While trolling the Internet this morning, I discovered an interesting story about newspapers struggling with digital revenue. On the same site, Poynter.org, I found an even more interesting post from Roy Peter Clark, an author, blogger and instructor at Poynter Institute.
Clark was making a point about journalists, that a reporter should inquire enough to “get the name of the dog.” If a reporter cares enough to get the name of the dog for the story, he or she likely will have asked all the pertinent questions a story requires.
Clark’s post was more about journalism than about the name of his dog (Rex, by the way) or any other dog name, but it reminded me of how one of our dogs came to be.
Our Jack Russell terrier (Clark’s dog also happens to be a JRT and recently celebrated his 18th birthday) came about his name purely by coincidence. Or, as I prefer to label it, fate.
It was a Sunday in March six years ago when I had managed to drag myself out of bed. I had been inconsolable the previous couple of weeks after the death of my first dog, Ella, also a Jack Russell. She had been hit by a car in front of our home.
I had Ella for 13 years, and she moved with me from South Florida to Chicago and back home to Michigan. She had hiked mountains in Colorado and New Mexico, climbed trees in Florida, played soccer with the children at the park in Chicago. Her picture had been in the Chicago Tribune and the Grand Rapids Press. She went everywhere with me.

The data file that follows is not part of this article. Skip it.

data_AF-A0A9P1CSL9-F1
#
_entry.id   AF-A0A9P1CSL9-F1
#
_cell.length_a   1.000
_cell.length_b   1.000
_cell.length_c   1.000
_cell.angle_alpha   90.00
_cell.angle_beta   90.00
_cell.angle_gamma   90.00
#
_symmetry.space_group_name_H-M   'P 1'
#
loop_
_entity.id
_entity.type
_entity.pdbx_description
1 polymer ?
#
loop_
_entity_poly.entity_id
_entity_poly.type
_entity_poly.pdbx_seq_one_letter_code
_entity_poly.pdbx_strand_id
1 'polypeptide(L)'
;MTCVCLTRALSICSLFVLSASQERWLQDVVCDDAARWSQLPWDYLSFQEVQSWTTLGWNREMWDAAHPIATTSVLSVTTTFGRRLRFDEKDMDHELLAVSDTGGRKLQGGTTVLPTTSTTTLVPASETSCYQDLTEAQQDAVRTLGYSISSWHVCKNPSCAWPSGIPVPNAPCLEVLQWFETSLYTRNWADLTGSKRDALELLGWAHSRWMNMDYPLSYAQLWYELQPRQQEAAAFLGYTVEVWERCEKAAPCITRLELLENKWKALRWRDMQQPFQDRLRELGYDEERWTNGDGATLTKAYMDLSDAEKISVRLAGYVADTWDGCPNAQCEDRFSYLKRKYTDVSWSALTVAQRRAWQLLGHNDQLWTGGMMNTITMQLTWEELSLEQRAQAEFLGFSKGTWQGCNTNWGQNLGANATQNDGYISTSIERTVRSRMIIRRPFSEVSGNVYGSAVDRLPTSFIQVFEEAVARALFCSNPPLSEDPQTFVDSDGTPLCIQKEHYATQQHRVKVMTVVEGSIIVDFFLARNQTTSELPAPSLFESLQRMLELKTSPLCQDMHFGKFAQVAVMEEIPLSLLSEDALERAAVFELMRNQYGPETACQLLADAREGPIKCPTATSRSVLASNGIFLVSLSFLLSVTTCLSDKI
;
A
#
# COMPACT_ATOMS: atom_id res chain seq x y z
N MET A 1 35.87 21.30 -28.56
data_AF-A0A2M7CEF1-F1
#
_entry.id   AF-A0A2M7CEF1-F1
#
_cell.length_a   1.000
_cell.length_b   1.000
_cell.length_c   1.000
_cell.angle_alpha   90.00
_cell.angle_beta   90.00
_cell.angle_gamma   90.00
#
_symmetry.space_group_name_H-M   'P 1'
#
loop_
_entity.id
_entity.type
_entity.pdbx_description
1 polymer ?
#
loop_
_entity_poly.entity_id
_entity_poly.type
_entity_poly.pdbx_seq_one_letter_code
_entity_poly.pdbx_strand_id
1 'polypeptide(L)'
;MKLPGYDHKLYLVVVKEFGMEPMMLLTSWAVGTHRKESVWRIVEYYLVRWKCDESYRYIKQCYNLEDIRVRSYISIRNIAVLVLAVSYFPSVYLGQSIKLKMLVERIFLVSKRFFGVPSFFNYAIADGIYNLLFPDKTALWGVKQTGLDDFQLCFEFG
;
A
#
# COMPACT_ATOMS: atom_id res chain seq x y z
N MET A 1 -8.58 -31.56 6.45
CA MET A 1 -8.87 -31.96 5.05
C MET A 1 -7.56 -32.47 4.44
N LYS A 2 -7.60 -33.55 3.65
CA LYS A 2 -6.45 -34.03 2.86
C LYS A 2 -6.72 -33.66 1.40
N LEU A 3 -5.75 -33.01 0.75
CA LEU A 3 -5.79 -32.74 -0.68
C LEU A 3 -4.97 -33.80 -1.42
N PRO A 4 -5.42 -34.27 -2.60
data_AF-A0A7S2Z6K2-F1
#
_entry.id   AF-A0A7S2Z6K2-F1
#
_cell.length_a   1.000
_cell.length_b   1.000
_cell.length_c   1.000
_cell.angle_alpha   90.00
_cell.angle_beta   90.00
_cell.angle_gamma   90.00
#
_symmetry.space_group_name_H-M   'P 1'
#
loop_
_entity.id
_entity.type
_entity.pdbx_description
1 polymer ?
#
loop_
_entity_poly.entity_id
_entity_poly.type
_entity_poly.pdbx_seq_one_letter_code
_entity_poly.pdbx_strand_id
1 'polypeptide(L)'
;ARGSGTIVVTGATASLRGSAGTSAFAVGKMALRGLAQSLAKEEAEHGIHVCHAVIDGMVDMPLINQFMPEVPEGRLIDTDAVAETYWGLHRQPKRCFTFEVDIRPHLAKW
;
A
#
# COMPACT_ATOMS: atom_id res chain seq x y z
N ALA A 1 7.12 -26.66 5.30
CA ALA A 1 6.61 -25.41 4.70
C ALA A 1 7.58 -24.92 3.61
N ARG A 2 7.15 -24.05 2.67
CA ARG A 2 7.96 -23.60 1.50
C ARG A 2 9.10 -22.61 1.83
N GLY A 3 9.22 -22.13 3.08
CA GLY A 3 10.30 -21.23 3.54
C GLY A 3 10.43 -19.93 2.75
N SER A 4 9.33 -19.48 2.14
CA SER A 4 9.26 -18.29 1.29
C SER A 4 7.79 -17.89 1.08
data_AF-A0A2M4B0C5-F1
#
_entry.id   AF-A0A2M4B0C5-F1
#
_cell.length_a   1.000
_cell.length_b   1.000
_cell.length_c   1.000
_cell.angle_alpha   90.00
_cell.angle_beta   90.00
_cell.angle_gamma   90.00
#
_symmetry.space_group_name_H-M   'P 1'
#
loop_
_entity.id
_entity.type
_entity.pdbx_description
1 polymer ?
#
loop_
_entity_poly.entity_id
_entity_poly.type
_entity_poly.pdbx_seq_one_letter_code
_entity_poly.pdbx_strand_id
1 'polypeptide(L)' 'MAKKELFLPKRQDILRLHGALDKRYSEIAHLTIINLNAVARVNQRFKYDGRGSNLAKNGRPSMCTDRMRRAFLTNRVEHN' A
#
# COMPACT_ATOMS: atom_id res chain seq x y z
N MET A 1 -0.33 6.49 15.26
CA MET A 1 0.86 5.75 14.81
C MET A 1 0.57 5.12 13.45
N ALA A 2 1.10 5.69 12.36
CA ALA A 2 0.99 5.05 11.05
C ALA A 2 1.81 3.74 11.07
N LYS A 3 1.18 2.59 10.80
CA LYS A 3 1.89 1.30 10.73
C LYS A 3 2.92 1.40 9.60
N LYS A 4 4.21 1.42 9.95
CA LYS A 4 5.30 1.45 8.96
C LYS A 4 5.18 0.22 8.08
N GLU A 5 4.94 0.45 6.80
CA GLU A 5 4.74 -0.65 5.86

When she died, I grieved to the point that I didn’t know what to do with myself. I cried myself to sleep every night and struggled to get out of bed in the morning, especially on weekends when I didn’t have to work.
I had been checking out Jack Russells online on the odd chance I one day would overcome my grief and get a new dog. Friends told me to “get back on the horse.” I knew they were right, but the guilt of “replacing” Ella was weighed heavily on me. Then, I saw him. This Jack Russell terrier, 13 weeks old, was available. His adorable face filled my entire computer screen. I’d look elsewhere, but kept coming back to him. It was just too bad I wasn’t ready to stop grieving and get another dog, I told myself, because he could be The One.
A few days later, on that Sunday that I managed to get out of bed mid-morning, I was staring at our back yard and talking to myself, as usual. “What if we did get another Jack Russell?” I asked myself. “It would be a boy, for sure. What if it was that dog whose cute big face was on my computer screen? What would we name him?
“Hmmmm. Stuart. That’s a fine English name, and Jack Russells are from England. Yeah, I like the name Stuart.”
That night, I went to bed at 5 p.m. because I couldn’t stop crying over Ella. It had been “only” a few weeks. My partner began yelling from our home office for me to get out of bed and get in there at once. I wiped the tears from my eyes, sighed heavily and stumbled into the office.
There, on the computer screen, was that same Jack Russell I had discovered earlier that week, his face filling up the entire screen. Uh-oh. She found him, too.
“This is our next dog,” Yvonne said to me.
“I’m not ready yet,” I responded.
“Yes, you are. You need to make a call about this dog,” she said.
Then, as if she had been reading my mind from that morning, she asked me: “What do you think of the name Stuart for this dog?”
Whether I thought I was ready or not, I no longer had a choice in the matter. Fate. Kismet. Coincidence. Whatever it was, it was bigger than my grief. Stuart joined our family the next weekend.